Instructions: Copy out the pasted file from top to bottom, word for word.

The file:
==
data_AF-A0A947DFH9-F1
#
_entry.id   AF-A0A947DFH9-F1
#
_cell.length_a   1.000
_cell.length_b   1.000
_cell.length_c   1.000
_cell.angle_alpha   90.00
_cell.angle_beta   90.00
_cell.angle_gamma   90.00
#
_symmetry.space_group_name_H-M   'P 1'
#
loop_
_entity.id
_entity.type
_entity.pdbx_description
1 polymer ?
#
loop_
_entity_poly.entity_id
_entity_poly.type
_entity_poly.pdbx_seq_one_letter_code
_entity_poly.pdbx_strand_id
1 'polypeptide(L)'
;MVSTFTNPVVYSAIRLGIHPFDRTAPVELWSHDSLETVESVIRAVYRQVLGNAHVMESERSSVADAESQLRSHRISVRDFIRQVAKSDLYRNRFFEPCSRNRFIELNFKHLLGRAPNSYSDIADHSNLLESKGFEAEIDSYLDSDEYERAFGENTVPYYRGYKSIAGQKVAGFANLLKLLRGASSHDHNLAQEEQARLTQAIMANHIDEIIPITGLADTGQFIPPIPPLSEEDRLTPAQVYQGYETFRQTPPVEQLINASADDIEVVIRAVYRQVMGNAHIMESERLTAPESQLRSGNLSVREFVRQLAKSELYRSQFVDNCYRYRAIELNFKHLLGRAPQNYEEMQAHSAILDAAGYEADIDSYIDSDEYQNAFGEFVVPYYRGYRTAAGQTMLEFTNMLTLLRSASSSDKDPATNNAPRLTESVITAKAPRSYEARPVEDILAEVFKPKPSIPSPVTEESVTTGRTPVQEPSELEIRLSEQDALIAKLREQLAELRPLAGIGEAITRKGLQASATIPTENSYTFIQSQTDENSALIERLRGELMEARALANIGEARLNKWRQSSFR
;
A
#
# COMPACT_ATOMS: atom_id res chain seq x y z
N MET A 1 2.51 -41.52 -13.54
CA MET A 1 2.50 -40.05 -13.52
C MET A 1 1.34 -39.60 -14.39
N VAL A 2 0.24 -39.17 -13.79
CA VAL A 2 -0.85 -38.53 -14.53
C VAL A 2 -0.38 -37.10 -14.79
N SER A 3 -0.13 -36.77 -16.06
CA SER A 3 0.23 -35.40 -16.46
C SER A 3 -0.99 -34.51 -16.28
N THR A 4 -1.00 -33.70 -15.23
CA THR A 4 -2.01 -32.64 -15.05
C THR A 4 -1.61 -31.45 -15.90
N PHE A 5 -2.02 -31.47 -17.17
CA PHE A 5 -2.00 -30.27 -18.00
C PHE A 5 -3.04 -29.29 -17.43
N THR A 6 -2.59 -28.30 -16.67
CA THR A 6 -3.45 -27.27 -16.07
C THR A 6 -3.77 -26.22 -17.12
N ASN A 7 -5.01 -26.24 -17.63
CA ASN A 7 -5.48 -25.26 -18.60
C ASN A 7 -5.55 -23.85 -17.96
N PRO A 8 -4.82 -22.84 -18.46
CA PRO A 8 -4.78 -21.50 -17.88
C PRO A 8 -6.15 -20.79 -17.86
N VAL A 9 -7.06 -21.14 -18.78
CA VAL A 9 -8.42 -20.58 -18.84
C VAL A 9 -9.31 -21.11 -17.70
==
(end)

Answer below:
data_AF-A0A947DFH9-F1
#
_entry.id   AF-A0A947DFH9-F1
#
_cell.length_a   1.000
_cell.length_b   1.000
_cell.length_c   1.000
_cell.angle_alpha   90.00
_cell.angle_beta   90.00
_cell.angle_gamma   90.00
#
_symmetry.space_group_name_H-M   'P 1'
#
loop_
_entity.id
_entity.type
_entity.pdbx_description
1 polymer ?
#
loop_
_entity_poly.entity_id
_entity_poly.type
_entity_poly.pdbx_seq_one_letter_code
_entity_poly.pdbx_strand_id
1 'polypeptide(L)'
;MVSTFTNPVVYSAIRLGIHPFDRTAPVELWSHDSLETVESVIRAVYRQVLGNAHVMESERSSVADAESQLRSHRISVRDFIRQVAKSDLYRNRFFEPCSRNRFIELNFKHLLGRAPNSYSDIADHSNLLESKGFEAEIDSYLDSDEYERAFGENTVPYYRGYKSIAGQKVAGFANLLKLLRGASSHDHNLAQEEQARLTQAIMANHIDEIIPITGLADTGQFIPPIPPLSEEDRLTPAQVYQGYETFRQTPPVEQLINASADDIEVVIRAVYRQVMGNAHIMESERLTAPESQLRSGNLSVREFVRQLAKSELYRSQFVDNCYRYRAIELNFKHLLGRAPQNYEEMQAHSAILDAAGYEADIDSYIDSDEYQNAFGEFVVPYYRGYRTAAGQTMLEFTNMLTLLRSASSSDKDPATNNAPRLTESVITAKAPRSYEARPVEDILAEVFKPKPSIPSPVTEESVTTGRTPVQEPSELEIRLSEQDALIAKLREQLAELRPLAGIGEAITRKGLQASATIPTENSYTFIQSQTDENSALIERLRGELMEARALANIGEARLNKWRQSSFR
;
A
#
# COMPACT_ATOMS: atom_id res chain seq x y z
N MET A 1 2.51 -41.52 -13.54
CA MET A 1 2.50 -40.05 -13.52
C MET A 1 1.34 -39.60 -14.39
N VAL A 2 0.24 -39.17 -13.79
CA VAL A 2 -0.85 -38.53 -14.53
C VAL A 2 -0.38 -37.10 -14.79
N SER A 3 -0.13 -36.77 -16.06
CA SER A 3 0.23 -35.40 -16.46
C SER A 3 -0.99 -34.51 -16.28
N THR A 4 -1.00 -33.70 -15.23
CA THR A 4 -2.01 -32.64 -15.05
C THR A 4 -1.61 -31.45 -15.90
N PHE A 5 -2.02 -31.47 -17.17
CA PHE A 5 -2.00 -30.27 -18.00
C PHE A 5 -3.04 -29.29 -17.43
N THR A 6 -2.59 -28.30 -16.67
CA THR A 6 -3.45 -27.27 -16.07
C THR A 6 -3.77 -26.22 -17.12
N ASN A 7 -5.01 -26.24 -17.63
CA ASN A 7 -5.48 -25.26 -18.60
C ASN A 7 -5.55 -23.85 -17.96
N PRO A 8 -4.82 -22.84 -18.46
CA PRO A 8 -4.78 -21.50 -17.88
C PRO A 8 -6.15 -20.79 -17.86
N VAL A 9 -7.06 -21.14 -18.78
CA VAL A 9 -8.42 -20.58 -18.84
C VAL A 9 -9.31 -21.11 -17.70